God gifted artists and designers to build a dwelling place for Him, to construct somewhere in which His glory could rest and He could be worshipped. The middle part of this passage teaches us something beautiful about the purpose of art, that it is to be used in the building of a sanctuary, a place for people to seek God and hear from him.

Creativity can be used to create an environment where God is present, where we can seek Him, worship Him and where those in need can be supported, encouraged and built up. It is to be shared, to declare His beauty and power. That is the stolen purpose of art. What you were made for.

So let art tell of the glory of God, let creativity declare the work of His hands. Whether you are a painter, writer, musician, cinematographer, photographer or random scribbler, let that which you create speak of the one you love, the one who inspired all you make and He to whom all the glory is given. Our glorious God.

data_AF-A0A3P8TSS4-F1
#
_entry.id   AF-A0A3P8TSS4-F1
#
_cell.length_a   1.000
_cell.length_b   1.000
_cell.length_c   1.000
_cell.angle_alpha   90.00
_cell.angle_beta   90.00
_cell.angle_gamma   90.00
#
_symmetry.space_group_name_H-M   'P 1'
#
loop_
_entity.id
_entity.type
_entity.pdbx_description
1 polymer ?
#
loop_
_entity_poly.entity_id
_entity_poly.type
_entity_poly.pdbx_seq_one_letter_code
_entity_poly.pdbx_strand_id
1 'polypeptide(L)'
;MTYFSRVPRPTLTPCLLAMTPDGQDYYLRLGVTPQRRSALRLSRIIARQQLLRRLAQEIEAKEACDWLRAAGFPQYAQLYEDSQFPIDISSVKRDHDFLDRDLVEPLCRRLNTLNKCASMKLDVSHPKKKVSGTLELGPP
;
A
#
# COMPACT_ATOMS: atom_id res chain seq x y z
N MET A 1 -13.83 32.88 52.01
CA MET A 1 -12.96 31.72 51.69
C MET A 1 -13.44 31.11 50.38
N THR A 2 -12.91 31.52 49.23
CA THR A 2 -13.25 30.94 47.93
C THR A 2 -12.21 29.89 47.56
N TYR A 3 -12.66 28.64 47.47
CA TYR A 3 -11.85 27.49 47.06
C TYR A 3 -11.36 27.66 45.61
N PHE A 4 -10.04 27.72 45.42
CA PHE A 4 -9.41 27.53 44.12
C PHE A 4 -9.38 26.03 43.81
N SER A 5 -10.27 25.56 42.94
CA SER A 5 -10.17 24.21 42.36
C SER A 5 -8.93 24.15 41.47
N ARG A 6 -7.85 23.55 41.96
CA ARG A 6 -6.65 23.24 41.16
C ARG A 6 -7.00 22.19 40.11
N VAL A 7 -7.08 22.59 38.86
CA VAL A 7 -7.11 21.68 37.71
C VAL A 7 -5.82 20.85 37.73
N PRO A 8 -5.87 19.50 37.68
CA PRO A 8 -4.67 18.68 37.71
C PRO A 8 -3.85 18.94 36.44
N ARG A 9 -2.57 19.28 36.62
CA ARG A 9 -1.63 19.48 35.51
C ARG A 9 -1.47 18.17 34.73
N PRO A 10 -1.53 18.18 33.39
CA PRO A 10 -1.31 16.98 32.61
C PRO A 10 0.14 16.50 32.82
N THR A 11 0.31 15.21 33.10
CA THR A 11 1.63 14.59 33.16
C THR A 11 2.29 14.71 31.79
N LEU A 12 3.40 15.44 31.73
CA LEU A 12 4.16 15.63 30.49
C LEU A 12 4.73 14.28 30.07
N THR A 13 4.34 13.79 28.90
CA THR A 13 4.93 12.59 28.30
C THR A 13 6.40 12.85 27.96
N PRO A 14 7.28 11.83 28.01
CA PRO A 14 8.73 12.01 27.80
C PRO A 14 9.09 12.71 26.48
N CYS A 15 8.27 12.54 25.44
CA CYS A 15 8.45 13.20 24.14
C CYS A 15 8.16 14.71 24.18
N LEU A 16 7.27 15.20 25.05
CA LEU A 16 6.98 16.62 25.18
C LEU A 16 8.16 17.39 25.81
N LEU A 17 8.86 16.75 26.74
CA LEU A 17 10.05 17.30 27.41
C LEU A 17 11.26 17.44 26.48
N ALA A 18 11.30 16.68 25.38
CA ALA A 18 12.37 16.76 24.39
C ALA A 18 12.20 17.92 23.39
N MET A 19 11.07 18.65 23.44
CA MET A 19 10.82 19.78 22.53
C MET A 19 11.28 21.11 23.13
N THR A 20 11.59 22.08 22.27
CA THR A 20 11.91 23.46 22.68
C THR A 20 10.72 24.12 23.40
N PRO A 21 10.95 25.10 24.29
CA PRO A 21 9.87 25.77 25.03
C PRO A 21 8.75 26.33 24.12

– Luke

Writers! Be Confident

Fountain Pen

“There is a conversation about God going on in popular culture that the church is not engaged in and is often unaware of.”

The above quote comes from a book called A Matrix of Meaning and is part of a call to Christians to start promoting work within [what Christians would call] the secular industry.

I have been thinking about this a lot recently, due to an essay I had to write on the engagement of Christians within popular culture and would like to share a little bit of what I have been thinking about with you.

I love reading. It does not really matter what it is that I am reading, so long as I am reading something. However I have always struggled to read christian fiction, possibly because I have an underlying belief that if christian fiction cannot make it into mainstream bookstores, it must be terrible.

I have made a mistake